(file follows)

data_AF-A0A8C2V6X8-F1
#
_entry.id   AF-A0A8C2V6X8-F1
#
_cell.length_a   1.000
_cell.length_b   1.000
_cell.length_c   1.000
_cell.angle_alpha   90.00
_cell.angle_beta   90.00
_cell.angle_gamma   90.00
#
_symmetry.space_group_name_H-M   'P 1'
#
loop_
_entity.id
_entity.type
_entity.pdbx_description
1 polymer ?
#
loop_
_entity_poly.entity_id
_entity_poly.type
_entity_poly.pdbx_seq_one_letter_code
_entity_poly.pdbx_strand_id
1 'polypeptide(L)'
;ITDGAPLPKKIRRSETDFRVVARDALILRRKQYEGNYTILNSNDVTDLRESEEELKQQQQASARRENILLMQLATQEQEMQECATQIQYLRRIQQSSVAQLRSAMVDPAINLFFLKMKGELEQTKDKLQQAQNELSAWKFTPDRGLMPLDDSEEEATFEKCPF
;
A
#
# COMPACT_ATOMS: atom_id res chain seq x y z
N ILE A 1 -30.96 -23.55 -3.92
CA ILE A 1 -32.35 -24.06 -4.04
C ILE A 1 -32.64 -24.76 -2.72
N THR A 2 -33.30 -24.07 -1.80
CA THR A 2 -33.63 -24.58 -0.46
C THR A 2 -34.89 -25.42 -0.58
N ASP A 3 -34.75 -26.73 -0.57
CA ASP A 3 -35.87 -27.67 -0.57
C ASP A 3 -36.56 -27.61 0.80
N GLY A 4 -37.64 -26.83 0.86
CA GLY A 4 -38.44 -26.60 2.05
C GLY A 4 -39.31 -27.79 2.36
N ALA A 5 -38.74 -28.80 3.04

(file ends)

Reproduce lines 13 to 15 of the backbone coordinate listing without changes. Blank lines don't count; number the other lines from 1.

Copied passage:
#
loop_
_entity.id